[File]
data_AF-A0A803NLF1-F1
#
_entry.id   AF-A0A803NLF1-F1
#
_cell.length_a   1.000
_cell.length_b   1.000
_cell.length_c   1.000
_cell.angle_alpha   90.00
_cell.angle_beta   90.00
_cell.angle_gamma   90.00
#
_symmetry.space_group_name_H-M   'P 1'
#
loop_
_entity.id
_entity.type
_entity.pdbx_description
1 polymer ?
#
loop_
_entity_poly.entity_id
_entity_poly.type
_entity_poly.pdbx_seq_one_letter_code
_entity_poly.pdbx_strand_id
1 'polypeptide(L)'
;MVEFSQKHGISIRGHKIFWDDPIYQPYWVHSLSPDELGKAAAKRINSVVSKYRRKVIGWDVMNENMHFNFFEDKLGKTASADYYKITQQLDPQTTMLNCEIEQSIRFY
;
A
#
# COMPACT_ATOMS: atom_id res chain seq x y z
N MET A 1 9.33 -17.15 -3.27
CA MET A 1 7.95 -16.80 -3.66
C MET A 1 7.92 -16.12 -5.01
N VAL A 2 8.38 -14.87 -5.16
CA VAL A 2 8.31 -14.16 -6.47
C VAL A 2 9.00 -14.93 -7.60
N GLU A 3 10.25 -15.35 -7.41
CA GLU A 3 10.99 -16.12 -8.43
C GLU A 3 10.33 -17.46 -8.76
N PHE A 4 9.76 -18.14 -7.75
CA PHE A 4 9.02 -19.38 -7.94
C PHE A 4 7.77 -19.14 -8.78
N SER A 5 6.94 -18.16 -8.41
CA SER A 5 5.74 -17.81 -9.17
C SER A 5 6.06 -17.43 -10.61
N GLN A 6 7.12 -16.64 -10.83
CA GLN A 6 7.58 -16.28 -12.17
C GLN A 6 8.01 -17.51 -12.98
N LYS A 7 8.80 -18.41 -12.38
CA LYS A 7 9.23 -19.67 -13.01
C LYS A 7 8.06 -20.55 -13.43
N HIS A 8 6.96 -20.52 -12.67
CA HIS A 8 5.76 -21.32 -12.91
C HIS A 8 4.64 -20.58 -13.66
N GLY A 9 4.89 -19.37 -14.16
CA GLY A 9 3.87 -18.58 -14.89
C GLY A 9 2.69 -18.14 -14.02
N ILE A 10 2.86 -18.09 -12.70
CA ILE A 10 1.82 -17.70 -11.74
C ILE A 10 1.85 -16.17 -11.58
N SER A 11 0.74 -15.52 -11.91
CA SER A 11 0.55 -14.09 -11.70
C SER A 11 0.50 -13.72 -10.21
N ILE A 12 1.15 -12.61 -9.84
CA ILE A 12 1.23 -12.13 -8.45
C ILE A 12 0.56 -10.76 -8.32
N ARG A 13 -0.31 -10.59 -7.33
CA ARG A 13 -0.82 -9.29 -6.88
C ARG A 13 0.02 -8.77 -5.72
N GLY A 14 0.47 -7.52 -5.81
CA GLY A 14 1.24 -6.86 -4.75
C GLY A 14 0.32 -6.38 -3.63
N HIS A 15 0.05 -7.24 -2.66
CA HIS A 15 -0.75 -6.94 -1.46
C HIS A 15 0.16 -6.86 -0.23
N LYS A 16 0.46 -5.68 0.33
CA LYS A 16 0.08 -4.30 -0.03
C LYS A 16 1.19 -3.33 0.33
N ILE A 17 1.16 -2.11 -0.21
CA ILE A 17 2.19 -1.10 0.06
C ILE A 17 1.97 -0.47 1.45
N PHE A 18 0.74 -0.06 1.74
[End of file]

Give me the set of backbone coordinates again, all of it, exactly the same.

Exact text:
data_AF-A0A803NLF1-F1
#
_entry.id   AF-A0A803NLF1-F1
#
_cell.length_a   1.000
_cell.length_b   1.000
_cell.length_c   1.000
_cell.angle_alpha   90.00
_cell.angle_beta   90.00
_cell.angle_gamma   90.00
#
_symmetry.space_group_name_H-M   'P 1'
#
loop_
_entity.id
_entity.type
_entity.pdbx_description
1 polymer ?
#
loop_
_entity_poly.entity_id
_entity_poly.type
_entity_poly.pdbx_seq_one_letter_code
_entity_poly.pdbx_strand_id
1 'polypeptide(L)'
;MVEFSQKHGISIRGHKIFWDDPIYQPYWVHSLSPDELGKAAAKRINSVVSKYRRKVIGWDVMNENMHFNFFEDKLGKTASADYYKITQQLDPQTTMLNCEIEQSIRFY
;
A
#
# COMPACT_ATOMS: atom_id res chain seq x y z
N MET A 1 9.33 -17.15 -3.27
CA MET A 1 7.95 -16.80 -3.66
C MET A 1 7.92 -16.12 -5.01
N VAL A 2 8.38 -14.87 -5.16
CA VAL A 2 8.31 -14.16 -6.47
C VAL A 2 9.00 -14.93 -7.60
N GLU A 3 10.25 -15.35 -7.41
CA GLU A 3 10.99 -16.12 -8.43
C GLU A 3 10.33 -17.46 -8.76
N PHE A 4 9.76 -18.14 -7.75
CA PHE A 4 9.02 -19.38 -7.94
C PHE A 4 7.77 -19.14 -8.78
N SER A 5 6.94 -18.16 -8.41
CA SER A 5 5.74 -17.81 -9.17
C SER A 5 6.06 -17.43 -10.61
N GLN A 6 7.12 -16.64 -10.83
CA GLN A 6 7.58 -16.28 -12.17
C GLN A 6 8.01 -17.51 -12.98
N LYS A 7 8.80 -18.41 -12.38
CA LYS A 7 9.23 -19.67 -13.01
C LYS A 7 8.06 -20.55 -13.43
N HIS A 8 6.96 -20.52 -12.67
CA HIS A 8 5.76 -21.32 -12.91
C HIS A 8 4.64 -20.58 -13.66
N GLY A 9 4.89 -19.37 -14.16
CA GLY A 9 3.87 -18.58 -14.89
C GLY A 9 2.69 -18.14 -14.02
N ILE A 10 2.86 -18.09 -12.70
CA ILE A 10 1.82 -17.70 -11.74
C ILE A 10 1.85 -16.17 -11.58
N SER A 11 0.74 -15.52 -11.91
CA SER A 11 0.55 -14.09 -11.70
C SER A 11 0.50 -13.72 -10.21
N ILE A 12 1.15 -12.61 -9.84
CA ILE A 12 1.23 -12.13 -8.45
C ILE A 12 0.56 -10.76 -8.32
N ARG A 13 -0.31 -10.59 -7.33
CA ARG A 13 -0.82 -9.29 -6.88
C ARG A 13 0.02 -8.77 -5.72
N GLY A 14 0.47 -7.52 -5.81
CA GLY A 14 1.24 -6.86 -4.75
C GLY A 14 0.32 -6.38 -3.63
N HIS A 15 0.05 -7.24 -2.66
CA HIS A 15 -0.75 -6.94 -1.46
C HIS A 15 0.16 -6.86 -0.23
N LYS A 16 0.46 -5.68 0.33
CA LYS A 16 0.08 -4.30 -0.03
C LYS A 16 1.19 -3.33 0.33
N ILE A 17 1.16 -2.11 -0.21
CA ILE A 17 2.19 -1.10 0.06
C ILE A 17 1.97 -0.47 1.45
N PHE A 18 0.74 -0.06 1.74